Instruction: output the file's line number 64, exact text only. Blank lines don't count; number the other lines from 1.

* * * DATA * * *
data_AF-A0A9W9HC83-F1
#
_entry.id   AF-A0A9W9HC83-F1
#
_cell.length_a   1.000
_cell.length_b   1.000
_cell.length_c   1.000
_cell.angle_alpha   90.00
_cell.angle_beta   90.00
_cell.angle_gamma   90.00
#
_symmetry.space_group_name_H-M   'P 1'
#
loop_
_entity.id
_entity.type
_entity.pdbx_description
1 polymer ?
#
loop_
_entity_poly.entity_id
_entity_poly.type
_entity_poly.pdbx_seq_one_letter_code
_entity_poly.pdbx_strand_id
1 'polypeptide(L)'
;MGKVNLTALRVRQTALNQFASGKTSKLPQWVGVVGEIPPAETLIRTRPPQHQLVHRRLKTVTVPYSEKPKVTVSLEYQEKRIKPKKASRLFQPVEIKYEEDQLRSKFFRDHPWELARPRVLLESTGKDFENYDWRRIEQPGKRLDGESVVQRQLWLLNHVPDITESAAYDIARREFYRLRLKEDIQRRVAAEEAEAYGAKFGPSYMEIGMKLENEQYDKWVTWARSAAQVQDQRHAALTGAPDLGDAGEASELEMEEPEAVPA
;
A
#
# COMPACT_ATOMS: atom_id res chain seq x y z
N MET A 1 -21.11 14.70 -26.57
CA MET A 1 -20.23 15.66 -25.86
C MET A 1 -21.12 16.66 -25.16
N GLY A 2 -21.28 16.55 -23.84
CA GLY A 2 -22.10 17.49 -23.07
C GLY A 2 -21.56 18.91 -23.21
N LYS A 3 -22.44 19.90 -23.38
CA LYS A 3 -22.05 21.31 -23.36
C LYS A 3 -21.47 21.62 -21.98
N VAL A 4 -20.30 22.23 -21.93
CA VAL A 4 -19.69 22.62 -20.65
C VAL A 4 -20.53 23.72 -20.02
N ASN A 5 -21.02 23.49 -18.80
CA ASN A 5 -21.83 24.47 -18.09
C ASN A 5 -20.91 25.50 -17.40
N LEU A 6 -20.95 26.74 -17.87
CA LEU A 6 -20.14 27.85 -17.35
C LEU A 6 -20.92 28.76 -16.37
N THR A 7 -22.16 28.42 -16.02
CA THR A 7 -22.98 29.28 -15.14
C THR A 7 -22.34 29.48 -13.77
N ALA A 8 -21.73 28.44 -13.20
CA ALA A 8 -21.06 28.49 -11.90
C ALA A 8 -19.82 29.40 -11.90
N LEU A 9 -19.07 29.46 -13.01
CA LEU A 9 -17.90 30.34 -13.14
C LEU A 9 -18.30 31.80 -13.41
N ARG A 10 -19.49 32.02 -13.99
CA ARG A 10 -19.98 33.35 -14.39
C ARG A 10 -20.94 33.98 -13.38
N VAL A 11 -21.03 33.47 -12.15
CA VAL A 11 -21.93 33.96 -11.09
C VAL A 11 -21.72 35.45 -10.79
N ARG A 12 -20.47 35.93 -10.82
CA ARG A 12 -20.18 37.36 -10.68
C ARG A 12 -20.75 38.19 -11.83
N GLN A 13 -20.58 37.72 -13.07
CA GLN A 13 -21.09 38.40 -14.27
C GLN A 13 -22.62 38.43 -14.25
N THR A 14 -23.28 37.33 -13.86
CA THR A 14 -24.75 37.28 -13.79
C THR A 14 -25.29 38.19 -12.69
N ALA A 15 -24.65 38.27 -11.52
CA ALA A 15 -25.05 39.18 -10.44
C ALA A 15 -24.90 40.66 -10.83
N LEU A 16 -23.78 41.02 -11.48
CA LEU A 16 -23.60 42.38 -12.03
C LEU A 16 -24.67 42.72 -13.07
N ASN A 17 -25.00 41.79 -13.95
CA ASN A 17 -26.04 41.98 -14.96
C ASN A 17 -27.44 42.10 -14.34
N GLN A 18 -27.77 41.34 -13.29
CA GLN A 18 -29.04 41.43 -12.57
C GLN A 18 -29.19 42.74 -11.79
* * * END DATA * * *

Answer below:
N ARG A 12 -20.47 35.93 -10.82